Part III: Travels in the Baltic: Memorable voyage abroad makes it hard to bid ‘sudie’After almost two weeks in Lithuania, Latvia and Estonia and after hearing of the atrocities wreaked on them by their neighbor Germany, I must admit I wasn’t overly enthusiastic about the three days SmarTours had scheduled for us in Berlin.
By: Dave Wood, columnist, River Falls Journal
After almost two weeks in Lithuania, Latvia and Estonia and after hearing of the atrocities wreaked on them by their neighbor Germany, I must admit I wasn’t overly enthusiastic about the three days SmarTours had scheduled for us in Berlin.
We had visited Germany’s largest city 15 years ago, soon after The Wall went down. Back then we weren’t impressed by either the west sector, with its rampant and very glossary consumerism, represented along the Kurfurstendam, or by the east sector, which was pretty bedraggled after the Russians had mismanaged it for four decades.
I must say we were pleasantly surprised.
We were booked into a beautifully appointed NH hotel, part of a huge Spanish chain.
After checking in, our new guide was Daniele, a sprightly young woman with a fine sense of humor and plenty of history at her beck and call.
One stop was a chunk of the Berlin Wall still standing and displaying a HUGE photo of Russian premier Leonid Brezhnev, kissing open-mouthed on the lips of then East German chancellor Erich Hoenecker, looking rather embarrassed.
“Apparently Premiere Brezhnev had a few too many vodkas on his flight from Moscow,” said Daniele, “or too many bottles of vodka.”
Daniele was very good at explaining the “new” Germany.
One shocker: It is now illegal and fineable if the authorities ever catch anyone singing the first line of the country’s old national anthem.
Remember? “Deutschland, Deutschland, uber alles!” meaning “Germany, Germany, over everyone.”
Fifteen years ago, our tour guide complained that under Russian control, East Germans had forgotten how to work.
They seem to have remembered because we were amazed when the tour bus took us to the east part, which has been transformed into the beautiful neighborhood it once was.
Apparently the German ability to blow things up and then rebuild them is a double-edged sword.
At night we dined in a cozy bistro and imagined what it would have been like back in the early ’30s when Sally Bowles belted out songs at the Cabaret.
And in the morning, after an awesome breakfast, we took a boat ride which dropped us off at the incredible Pergamon Museum, home of treasures from the days of Nebuchadnezzar and the recently restored award winning Neues Museum, designed by David Chipperfield.
Later we signed up for a tour of nearby Potsdam. The trip cost $60 per person.
Our advice? Go on your own and hire a guide to show you around Sans Souci, Frederick the Great’s incredible Rococo palace, where he hung out with his male pals, while his wife stayed home and tapped her foot in Berlin.
Our bus guide told us nothing, never mentioned the Potsdam conference, refused to drive by the palace where it was held.
Again: Do it yourself. And the guide to Sans Souci you want to hire is the well-informed Britta Arnold.
That night we ate in an old-style beer garden and stoked up on wiener schnitzel for more touring on the following day.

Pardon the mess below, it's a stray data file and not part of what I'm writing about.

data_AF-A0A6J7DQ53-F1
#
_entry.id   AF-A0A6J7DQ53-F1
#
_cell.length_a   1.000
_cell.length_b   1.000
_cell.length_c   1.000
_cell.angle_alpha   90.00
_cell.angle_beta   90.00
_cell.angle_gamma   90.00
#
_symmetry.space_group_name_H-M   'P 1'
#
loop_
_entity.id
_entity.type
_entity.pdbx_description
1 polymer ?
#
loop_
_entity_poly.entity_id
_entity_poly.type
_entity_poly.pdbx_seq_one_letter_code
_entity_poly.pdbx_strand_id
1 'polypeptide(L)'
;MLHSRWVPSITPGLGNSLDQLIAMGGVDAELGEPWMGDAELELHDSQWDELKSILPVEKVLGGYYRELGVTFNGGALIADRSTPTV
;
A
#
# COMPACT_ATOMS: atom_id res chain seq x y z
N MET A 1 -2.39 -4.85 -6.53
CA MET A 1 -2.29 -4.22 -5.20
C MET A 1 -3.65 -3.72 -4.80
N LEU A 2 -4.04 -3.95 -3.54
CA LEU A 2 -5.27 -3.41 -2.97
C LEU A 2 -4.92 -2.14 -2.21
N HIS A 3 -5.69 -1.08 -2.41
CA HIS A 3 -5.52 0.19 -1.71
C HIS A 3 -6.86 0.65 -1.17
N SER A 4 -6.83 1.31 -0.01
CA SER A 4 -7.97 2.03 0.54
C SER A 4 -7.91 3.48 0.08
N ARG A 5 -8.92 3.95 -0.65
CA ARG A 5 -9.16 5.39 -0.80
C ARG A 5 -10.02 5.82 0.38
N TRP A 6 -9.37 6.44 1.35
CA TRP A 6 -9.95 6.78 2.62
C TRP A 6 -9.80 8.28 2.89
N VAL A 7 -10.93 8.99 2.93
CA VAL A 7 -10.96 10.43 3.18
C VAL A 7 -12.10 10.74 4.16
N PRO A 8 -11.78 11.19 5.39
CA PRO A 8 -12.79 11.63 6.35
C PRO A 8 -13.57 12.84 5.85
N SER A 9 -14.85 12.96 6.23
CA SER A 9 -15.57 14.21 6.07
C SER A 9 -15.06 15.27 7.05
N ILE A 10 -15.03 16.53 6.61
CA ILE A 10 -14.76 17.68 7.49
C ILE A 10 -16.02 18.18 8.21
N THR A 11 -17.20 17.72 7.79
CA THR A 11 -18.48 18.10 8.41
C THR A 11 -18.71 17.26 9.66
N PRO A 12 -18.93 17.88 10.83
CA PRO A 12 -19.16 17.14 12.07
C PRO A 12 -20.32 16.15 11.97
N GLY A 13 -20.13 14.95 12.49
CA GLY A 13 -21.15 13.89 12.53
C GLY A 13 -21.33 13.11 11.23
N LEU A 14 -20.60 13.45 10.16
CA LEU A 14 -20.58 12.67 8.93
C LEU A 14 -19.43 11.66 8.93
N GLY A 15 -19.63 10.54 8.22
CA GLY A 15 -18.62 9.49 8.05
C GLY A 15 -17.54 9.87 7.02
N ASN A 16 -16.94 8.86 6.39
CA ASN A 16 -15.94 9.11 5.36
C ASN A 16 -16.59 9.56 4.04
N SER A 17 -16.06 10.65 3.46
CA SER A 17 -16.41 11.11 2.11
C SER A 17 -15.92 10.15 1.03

A high point for me turned out to be the Friedrichstrasse local train station near our hotel, its basement loaded with stores and banks and food courts that would put the newly remodeled Grand Central Station to shame.
Off we flew to our last destination, Helsinki, Finland.
Years ago, I read an article by John Updike in the New Yorker. He told of his first and only journey to Finland. The University of Turku had offered him an honorary doctorate.
Updike said he’d come, under one condition. He had always admired Finland ever since it stood up to Russia in the Russo-Finnish War and he wanted a guided tour of the country.
Finland was only too glad to oblige.
An enthusiastic guide told Updike that, “We like to think of Finland as the America of Europe.”
“No way,” said Updike. “Maybe the Minnesota of Europe, but not the America of.”
So with that as an introduction, I wasn’t expecting much.
Was I mistaken!
Our guide Evalisa met us at the airport and because we only had 16 hours in Helsinki she immediately took us on a long bus tour of this beautiful city, called “The White City on the Baltic.”
From its seaport, it actually gleams, like the domed neoclassical Lutheran Cathedral built during the reign of Alexander I, who insisted that it was too austere. He paid them to add a few extra parapets, so it would look like a “real” church.
Surprisingly, it did not result in even one Lutheran schism.
Evalisa was full of many other statistics about Finland, even about the hot-lunch program she enjoyed as a rural student many years ago.
“At noon, we were fed hot porridge,” said Evalisa. “To get it, all we had to do is bring to school a pail of lingonberries.”
She also told us where we might find good meals near our hotel, The Scandic, a beautifully restored warehouse at the city’s seaport.
It was so beautiful, Ralph and Grace Sulerud and we decided to stay put and eat in its restaurant, while our more adventurous colleagues ventured out into an icy windstorm that just about blew them into the sea.
Our meals were excellent. We ordered a “Laplander” hors d’ouevres tray, which included pork ribs confit and raw reindeer carpaccio.
The next morning we bade a somewhat tearful farewell to our new friends and about to be former traveling companions, boarded a FinnAir airbus and headed for New York’s JFK.
It was a memorable trip and we’ll long remember the sites we saw, the history we learned and the friends we made.
So “dekojuh” (pronounced ah-choo) SmarTours, Stephan, Daniele, Evalisa, “dekojuh, dekojuh,” (which means “thank you, thank you”) and “sudie” (pronounced su-deah, which means “goodbye.”)
Dave would like to hear from you. Phone him at 715-426-9554.